A lot of people have emailed me lately, asking me whether they should have both weekly and daily spreads in their bujo, and how can they make them work without re-writing tasks and events? So today, I’ve decided to talk about this topic more analytically and explain how I use those type of spreads in my bullet journal.
I’ll start by saying that the magic of bullet journaling is that you can adjust it the way you want. You basically start with an empty notebook, a blank canvas, that you can then turn into your ideal planner/journal. That means that you can add any spreads that are important and functional to you and your life. At the same time you don’t have to use any spread if it doesn’t work for you. So, you can have only dailies, or only weeklies, or you can use both. It’s totally up to you.
What is a weekly spread?
A weekly spread is basically an overview of your upcoming week that allows you to plan, schedule and visualise what you have going on for the week ahead. It usually consists of sections for the days of the week, but you can also add your weekly trackers, meal planning, weather forecast etc. You can adjust it and add all the things that are important to you.
- You set it up once a week and then you don’t have to spend any time creating layouts until next week.
- You can easily see what’s planned for the week at one glance.
- You have an overview of the upcoming week in just one page making it easy to distribute tasks.
- A planning stage for all the things you need to do that week.
- A way to break down your goals into smaller steps and distribute them in the week.
- You can easily see your progress and what you have done during the past 7 days.
- You can also see which tasks have been migrated.
- You have limited space to write for each day.
- Smaller to-do lists.
- Not much space to be creative.
- You can see only one week at a time.
What is a daily spread?
A daily spread (or daily log) is a place where you plan and record your tasks, events and notes as they occur throughout the course of the day. You usually have to create it the night before or first thing in the morning. You have plenty of space to add anything you want, from doodles to your daily journal.
- More space for more detailed to-do lists
- Lot’s of space to be more creative.
- Can have more of a journal style.
- You can focus on what is planned for each day without distractions.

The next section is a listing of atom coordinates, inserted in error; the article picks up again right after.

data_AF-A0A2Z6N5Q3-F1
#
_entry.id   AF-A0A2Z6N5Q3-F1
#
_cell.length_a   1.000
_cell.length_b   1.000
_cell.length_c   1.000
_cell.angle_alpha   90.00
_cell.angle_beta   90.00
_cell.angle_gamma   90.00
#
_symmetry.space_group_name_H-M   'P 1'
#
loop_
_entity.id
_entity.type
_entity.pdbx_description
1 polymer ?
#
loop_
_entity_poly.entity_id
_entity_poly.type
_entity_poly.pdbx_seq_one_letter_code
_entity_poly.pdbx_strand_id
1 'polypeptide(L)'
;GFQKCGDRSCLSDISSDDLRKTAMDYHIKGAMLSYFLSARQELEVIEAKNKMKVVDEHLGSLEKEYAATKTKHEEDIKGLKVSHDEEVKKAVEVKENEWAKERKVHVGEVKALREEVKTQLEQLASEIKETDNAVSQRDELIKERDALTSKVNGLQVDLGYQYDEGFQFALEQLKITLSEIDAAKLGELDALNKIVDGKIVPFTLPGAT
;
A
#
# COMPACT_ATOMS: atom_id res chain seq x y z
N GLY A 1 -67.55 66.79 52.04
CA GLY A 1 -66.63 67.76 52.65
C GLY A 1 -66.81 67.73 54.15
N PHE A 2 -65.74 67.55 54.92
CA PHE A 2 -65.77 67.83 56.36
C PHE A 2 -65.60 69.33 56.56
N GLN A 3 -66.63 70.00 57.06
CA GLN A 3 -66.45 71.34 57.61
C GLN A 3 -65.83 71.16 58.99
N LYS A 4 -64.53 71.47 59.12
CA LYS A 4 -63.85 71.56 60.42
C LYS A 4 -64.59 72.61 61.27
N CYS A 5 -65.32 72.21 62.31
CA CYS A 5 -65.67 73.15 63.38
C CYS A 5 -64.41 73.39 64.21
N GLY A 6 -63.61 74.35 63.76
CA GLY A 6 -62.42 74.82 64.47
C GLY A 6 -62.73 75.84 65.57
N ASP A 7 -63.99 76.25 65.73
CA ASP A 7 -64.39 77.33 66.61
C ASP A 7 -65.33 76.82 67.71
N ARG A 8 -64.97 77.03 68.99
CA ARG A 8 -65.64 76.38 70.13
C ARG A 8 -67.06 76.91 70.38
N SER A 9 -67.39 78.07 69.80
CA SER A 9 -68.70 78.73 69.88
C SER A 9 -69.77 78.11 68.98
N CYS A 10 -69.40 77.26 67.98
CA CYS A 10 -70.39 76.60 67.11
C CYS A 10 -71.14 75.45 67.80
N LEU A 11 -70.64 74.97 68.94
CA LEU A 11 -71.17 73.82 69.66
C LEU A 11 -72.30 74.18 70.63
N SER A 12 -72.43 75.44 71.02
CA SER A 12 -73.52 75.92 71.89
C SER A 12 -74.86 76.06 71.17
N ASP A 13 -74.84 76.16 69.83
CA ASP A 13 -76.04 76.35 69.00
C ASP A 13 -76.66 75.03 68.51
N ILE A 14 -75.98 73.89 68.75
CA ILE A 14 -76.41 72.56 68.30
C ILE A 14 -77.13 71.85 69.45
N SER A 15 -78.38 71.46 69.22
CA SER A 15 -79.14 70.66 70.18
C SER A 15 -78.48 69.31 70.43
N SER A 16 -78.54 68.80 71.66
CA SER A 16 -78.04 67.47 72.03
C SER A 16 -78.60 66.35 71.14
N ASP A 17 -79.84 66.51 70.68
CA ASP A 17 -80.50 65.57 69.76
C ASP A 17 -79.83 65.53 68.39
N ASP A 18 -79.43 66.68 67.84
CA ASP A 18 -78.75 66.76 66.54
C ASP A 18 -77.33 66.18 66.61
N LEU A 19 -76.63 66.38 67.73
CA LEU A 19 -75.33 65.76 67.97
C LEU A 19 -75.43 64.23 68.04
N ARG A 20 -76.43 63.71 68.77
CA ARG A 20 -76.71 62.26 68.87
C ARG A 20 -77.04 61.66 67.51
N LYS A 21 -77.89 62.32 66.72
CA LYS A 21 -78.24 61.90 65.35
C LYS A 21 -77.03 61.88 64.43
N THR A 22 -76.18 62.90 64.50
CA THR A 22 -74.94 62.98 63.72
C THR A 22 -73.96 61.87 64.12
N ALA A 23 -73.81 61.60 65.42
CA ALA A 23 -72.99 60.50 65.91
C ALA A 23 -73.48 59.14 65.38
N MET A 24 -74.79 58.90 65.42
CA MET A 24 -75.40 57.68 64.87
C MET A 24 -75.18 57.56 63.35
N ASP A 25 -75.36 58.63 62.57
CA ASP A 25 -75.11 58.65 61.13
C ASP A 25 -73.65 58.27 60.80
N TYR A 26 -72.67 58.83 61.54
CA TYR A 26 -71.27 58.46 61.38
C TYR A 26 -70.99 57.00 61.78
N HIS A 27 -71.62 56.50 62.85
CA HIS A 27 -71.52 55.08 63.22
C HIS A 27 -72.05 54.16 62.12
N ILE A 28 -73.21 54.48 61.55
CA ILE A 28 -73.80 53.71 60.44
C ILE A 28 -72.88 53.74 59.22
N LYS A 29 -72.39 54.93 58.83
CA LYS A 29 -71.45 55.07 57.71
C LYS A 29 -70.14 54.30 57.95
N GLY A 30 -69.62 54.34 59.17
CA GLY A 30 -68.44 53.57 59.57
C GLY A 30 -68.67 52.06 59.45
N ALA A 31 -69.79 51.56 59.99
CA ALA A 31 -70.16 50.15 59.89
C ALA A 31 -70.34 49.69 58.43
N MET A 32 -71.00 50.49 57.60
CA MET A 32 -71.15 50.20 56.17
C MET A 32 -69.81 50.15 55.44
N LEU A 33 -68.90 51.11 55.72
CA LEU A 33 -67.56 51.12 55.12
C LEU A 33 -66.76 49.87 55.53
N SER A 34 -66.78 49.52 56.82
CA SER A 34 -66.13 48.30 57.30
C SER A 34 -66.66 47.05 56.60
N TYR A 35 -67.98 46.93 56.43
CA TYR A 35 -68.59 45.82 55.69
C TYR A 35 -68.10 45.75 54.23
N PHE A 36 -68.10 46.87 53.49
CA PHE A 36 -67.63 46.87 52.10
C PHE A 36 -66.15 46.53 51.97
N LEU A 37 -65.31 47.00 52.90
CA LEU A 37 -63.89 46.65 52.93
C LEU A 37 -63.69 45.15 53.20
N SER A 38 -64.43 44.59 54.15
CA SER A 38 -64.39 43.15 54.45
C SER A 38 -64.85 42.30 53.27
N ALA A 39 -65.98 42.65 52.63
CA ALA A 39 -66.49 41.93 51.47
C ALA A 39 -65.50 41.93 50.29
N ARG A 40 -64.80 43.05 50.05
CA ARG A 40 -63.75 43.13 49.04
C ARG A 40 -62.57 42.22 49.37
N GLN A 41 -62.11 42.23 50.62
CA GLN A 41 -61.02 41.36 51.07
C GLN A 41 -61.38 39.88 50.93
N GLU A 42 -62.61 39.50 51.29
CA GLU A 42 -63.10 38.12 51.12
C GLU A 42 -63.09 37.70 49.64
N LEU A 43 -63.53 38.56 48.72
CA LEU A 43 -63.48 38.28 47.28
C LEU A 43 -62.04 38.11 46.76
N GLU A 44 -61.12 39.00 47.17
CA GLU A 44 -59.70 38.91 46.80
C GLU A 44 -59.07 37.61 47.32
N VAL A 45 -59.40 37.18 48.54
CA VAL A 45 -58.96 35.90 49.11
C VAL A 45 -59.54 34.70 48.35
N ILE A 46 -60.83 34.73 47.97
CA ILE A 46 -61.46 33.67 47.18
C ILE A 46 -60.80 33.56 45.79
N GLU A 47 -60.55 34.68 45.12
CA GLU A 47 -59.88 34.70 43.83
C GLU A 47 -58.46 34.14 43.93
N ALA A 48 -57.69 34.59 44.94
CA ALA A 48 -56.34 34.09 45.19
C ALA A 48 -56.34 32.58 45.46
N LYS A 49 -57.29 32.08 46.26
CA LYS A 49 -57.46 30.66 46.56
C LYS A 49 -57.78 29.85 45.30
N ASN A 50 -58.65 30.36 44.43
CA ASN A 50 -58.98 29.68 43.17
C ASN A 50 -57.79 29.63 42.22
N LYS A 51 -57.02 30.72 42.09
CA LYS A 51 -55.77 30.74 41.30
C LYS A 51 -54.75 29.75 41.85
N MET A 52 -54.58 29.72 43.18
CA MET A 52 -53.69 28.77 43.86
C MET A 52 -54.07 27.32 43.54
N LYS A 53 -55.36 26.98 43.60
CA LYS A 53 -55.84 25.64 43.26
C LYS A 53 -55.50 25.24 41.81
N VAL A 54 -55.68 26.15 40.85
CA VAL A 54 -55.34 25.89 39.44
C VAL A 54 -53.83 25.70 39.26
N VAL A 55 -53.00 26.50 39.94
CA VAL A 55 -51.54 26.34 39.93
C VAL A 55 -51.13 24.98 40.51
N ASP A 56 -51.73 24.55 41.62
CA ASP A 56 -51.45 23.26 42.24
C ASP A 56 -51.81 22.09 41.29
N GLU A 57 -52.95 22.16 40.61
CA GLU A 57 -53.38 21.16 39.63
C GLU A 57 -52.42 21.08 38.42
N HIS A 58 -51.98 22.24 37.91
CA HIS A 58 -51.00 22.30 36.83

- It’s usually done the night before, so you can’t pre-plan it earlier than that.
- You have to create the page every day.
- Usually you have to re-write some things over and over.
How do I use both spreads every week?
Personally I like to use both types of spreads every week. I find that this system helps me be more productive and focused on what needs to be done each day.
The weekly spread, even though is not part of the original bullet journal system that Ryder Caroll created, for me is one of the most useful ones. It is the only spread that I will add to my journal every single week. It's a way for me to ‘brain dump’ all the tasks and events I don’t want to forget to do in my weekly view, and start planning and shaping my week ahead. I can easily see which days are the busy ones, on which days I can add more tasks and so on.
On the other hand, I use the daily spreads for a more detailed view of the individual days. Here I like to separate the tasks/events in categories by colour coding them. I can break each task into smaller ones and tick them off as I go along. I also like to doodle and take notes.
For me and the way I plan my weeks, I prefer to use both types of spreads, especially if I have a very busy week ahead. But there are some (very) rare weeks that I’m not that busy, and on those weeks I prefer to use only my weekly spreads.
My Bullet Journal planning routine:
My planning routine using both types of spreads starts usually on a Sunday afternoon where I sit down with a cup of coffee (or tea, depending on the mood), and after I've created the weekly layout on the two pages, I start planning my week ahead.
- I check on my Future log, Monthly Log and the Birthdays and Holidays spread to see if there is anything planned for the week.Then I note them down on the appropriate days.
- I usually have a column named ‘This Week’ which works as a ‘brain dump’ of all the things I need to do that particular week. So, after I fill this in, I start allocating each item of this list on specific days.
- I look at all the projects I’ve set for myself and all the things I need to do for each one this week. I then check on which of the next 7 days I have spare time and I distribute these tasks accordingly.
For my daily spreads, I usually do them the night before. I like to get everything “off my head" before I go to bed, and have an idea of how my day is going to be tomorrow.
- I look at my weekly spread and see what I’ve set myself to do that day.
- I separate the tasks in categories with my colour code method. This helps me to visually see which of the tasks are going to happen on certain times during the day.
- I then look at the day before and see if I have left any tasks that I haven't finished. If I do, then I migrate them to tomorrow's daily spread. The migrated tasks are marked then with an arrow and the cancelled tasks with an “-“ .
I understand that by using the above method means that sometimes I have to write down tasks several times, and that might seems redundant to some people, but it does work for me and it doesn’t bother me.
Since I’ve started using my bullet journal I’ve noticed how much more productive I’ve become and how much this system has helped me to stay on top of things day in and day out.
How do you plan your days and weeks in your bullet journal? Do you use only weekly or daily spreads, or do you prefer to use them both? Let me know in the comments below.